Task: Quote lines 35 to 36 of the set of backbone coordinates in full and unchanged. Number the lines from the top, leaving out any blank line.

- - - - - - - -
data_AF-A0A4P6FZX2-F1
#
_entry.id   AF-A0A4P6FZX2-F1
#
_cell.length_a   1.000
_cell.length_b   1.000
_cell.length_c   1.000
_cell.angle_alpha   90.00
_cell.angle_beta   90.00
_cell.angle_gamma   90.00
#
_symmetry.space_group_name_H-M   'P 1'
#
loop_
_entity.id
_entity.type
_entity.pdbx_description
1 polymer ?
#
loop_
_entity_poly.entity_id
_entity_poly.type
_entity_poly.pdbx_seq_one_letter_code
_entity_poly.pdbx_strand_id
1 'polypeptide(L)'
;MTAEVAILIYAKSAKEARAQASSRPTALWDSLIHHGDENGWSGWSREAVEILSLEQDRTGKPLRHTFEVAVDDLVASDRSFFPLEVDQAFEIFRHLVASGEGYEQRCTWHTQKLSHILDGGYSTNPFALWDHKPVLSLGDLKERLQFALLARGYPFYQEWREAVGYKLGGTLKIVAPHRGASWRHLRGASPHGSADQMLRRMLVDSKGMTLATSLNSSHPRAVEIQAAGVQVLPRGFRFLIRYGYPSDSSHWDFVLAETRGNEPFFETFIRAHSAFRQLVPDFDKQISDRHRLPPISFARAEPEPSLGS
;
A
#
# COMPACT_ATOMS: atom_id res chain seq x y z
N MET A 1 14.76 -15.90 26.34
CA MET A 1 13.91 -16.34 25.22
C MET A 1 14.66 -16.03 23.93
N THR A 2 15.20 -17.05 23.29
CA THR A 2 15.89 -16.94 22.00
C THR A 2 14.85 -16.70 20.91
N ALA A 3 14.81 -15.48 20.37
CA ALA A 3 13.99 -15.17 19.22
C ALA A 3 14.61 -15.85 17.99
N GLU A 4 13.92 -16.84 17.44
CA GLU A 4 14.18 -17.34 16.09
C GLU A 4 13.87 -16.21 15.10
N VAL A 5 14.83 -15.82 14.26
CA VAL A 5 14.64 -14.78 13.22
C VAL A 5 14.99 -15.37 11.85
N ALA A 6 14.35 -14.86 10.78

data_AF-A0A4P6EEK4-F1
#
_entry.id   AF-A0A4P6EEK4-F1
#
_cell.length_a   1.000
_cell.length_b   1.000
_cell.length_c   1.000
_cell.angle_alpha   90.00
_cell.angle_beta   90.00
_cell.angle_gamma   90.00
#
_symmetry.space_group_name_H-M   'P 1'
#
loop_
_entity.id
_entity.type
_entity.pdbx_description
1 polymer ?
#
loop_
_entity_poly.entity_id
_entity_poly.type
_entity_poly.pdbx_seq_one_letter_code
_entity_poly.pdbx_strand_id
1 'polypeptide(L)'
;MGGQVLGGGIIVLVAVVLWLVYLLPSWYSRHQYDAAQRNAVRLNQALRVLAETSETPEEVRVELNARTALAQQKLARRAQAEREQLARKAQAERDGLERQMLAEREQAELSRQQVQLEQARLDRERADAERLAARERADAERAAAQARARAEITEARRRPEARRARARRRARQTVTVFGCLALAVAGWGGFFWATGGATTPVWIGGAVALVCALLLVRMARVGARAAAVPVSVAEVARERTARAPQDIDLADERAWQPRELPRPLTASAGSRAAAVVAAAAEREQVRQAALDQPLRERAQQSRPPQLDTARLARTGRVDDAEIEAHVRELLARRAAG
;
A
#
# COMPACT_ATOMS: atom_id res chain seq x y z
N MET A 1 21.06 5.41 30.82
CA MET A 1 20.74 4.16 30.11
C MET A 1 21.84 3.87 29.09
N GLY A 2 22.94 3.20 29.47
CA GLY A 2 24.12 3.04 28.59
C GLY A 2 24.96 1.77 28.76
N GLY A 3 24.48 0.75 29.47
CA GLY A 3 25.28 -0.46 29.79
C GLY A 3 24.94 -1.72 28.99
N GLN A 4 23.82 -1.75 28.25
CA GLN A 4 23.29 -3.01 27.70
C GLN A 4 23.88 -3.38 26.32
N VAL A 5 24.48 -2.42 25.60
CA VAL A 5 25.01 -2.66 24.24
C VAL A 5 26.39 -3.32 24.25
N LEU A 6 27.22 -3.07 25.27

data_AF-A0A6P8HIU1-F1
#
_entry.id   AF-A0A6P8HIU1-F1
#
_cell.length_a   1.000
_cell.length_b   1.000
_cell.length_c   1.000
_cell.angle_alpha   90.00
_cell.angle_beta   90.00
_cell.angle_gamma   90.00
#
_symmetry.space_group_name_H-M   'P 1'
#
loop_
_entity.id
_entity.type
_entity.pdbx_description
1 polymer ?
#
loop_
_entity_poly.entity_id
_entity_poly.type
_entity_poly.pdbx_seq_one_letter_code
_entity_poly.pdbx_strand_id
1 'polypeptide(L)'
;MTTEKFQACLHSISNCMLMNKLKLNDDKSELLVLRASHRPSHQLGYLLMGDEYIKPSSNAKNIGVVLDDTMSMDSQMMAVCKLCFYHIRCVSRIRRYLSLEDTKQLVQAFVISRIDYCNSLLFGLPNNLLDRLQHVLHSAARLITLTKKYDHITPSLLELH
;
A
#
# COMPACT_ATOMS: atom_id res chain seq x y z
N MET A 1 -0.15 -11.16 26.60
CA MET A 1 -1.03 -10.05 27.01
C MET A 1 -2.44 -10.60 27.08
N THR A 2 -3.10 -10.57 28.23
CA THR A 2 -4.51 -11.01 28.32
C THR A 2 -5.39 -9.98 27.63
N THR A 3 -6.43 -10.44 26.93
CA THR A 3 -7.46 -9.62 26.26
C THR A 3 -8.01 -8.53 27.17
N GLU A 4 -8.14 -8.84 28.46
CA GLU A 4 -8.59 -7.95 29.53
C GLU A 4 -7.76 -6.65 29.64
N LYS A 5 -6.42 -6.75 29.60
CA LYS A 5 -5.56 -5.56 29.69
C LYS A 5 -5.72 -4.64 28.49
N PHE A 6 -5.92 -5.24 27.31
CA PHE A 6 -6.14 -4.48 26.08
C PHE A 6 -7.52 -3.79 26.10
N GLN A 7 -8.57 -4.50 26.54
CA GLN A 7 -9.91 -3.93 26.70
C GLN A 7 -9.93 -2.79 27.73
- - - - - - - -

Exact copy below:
CA THR A 2 15.89 -16.94 22.00
C THR A 2 14.85 -16.70 20.91